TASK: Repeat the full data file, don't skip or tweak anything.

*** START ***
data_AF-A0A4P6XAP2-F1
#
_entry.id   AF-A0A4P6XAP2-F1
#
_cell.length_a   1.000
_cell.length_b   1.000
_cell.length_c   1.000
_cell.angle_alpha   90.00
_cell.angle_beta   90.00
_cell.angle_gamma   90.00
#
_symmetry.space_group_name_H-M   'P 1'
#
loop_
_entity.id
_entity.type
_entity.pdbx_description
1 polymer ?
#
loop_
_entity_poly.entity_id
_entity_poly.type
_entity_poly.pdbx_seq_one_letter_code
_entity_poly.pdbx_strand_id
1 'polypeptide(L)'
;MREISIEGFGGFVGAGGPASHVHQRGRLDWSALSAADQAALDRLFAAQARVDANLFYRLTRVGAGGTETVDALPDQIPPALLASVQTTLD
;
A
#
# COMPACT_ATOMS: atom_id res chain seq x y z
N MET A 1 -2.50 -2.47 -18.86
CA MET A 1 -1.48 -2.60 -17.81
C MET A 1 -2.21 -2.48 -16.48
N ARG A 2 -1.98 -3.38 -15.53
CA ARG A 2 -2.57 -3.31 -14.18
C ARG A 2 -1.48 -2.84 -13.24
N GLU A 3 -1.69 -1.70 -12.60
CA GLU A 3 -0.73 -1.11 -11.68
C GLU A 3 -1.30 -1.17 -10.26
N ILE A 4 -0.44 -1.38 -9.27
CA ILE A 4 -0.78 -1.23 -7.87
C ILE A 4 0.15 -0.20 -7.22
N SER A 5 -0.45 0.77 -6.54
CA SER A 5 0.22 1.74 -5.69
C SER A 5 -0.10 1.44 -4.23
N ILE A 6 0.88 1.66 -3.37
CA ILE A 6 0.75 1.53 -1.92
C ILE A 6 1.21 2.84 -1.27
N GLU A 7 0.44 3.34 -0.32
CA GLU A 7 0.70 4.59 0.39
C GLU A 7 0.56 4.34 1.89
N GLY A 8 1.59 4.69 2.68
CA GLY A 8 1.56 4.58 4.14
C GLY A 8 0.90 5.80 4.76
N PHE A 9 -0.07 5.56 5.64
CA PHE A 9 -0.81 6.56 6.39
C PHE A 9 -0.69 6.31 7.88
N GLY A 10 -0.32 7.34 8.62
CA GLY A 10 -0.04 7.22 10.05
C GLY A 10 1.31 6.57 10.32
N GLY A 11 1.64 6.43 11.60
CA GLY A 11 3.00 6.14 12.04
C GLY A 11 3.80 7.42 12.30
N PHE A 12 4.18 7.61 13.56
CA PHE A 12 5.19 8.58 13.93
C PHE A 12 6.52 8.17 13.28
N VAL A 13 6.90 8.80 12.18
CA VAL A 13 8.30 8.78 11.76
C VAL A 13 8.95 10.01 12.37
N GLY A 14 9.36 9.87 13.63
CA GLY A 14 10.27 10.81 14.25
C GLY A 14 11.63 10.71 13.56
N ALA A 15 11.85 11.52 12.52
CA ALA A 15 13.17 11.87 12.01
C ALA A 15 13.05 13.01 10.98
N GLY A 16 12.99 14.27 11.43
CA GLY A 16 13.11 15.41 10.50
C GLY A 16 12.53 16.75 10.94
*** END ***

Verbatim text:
data_AF-A0A4P6XAP2-F1
#
_entry.id   AF-A0A4P6XAP2-F1
#
_cell.length_a   1.000
_cell.length_b   1.000
_cell.length_c   1.000
_cell.angle_alpha   90.00
_cell.angle_beta   90.00
_cell.angle_gamma   90.00
#
_symmetry.space_group_name_H-M   'P 1'
#
loop_
_entity.id
_entity.type
_entity.pdbx_description
1 polymer ?
#
loop_
_entity_poly.entity_id
_entity_poly.type
_entity_poly.pdbx_seq_one_letter_code
_entity_poly.pdbx_strand_id
1 'polypeptide(L)'
;MREISIEGFGGFVGAGGPASHVHQRGRLDWSALSAADQAALDRLFAAQARVDANLFYRLTRVGAGGTETVDALPDQIPPALLASVQTTLD
;
A
#
# COMPACT_ATOMS: atom_id res chain seq x y z
N MET A 1 -2.50 -2.47 -18.86
CA MET A 1 -1.48 -2.60 -17.81
C MET A 1 -2.21 -2.48 -16.48
N ARG A 2 -1.98 -3.38 -15.53
CA ARG A 2 -2.57 -3.31 -14.18
C ARG A 2 -1.48 -2.84 -13.24
N GLU A 3 -1.69 -1.70 -12.60
CA GLU A 3 -0.73 -1.11 -11.68
C GLU A 3 -1.30 -1.17 -10.26
N ILE A 4 -0.44 -1.38 -9.27
CA ILE A 4 -0.78 -1.23 -7.87
C ILE A 4 0.15 -0.20 -7.22
N SER A 5 -0.45 0.77 -6.54
CA SER A 5 0.22 1.74 -5.69
C SER A 5 -0.10 1.44 -4.23
N ILE A 6 0.88 1.66 -3.37
CA ILE A 6 0.75 1.53 -1.92
C ILE A 6 1.21 2.84 -1.27
N GLU A 7 0.44 3.34 -0.32
CA GLU A 7 0.70 4.59 0.39
C GLU A 7 0.56 4.34 1.89
N GLY A 8 1.59 4.69 2.68
CA GLY A 8 1.56 4.58 4.14
C GLY A 8 0.90 5.80 4.76
N PHE A 9 -0.07 5.56 5.64
CA PHE A 9 -0.81 6.56 6.39
C PHE A 9 -0.69 6.31 7.88
N GLY A 10 -0.32 7.34 8.62
CA GLY A 10 -0.04 7.22 10.05
C GLY A 10 1.31 6.57 10.32
N GLY A 11 1.64 6.43 11.60
CA GLY A 11 3.00 6.14 12.04
C GLY A 11 3.80 7.42 12.30
N PHE A 12 4.18 7.61 13.56
CA PHE A 12 5.19 8.58 13.93
C PHE A 12 6.52 8.17 13.28
N VAL A 13 6.90 8.80 12.18
CA VAL A 13 8.30 8.78 11.76
C VAL A 13 8.95 10.01 12.37
N GLY A 14 9.36 9.87 13.63
CA GLY A 14 10.27 10.81 14.25
C GLY A 14 11.63 10.71 13.56
N ALA A 15 11.85 11.52 12.52
CA ALA A 15 13.17 11.87 12.01
C ALA A 15 13.05 13.01 10.98
N GLY A 16 12.99 14.27 11.43
CA GLY A 16 13.11 15.41 10.50
C GLY A 16 12.53 16.75 10.94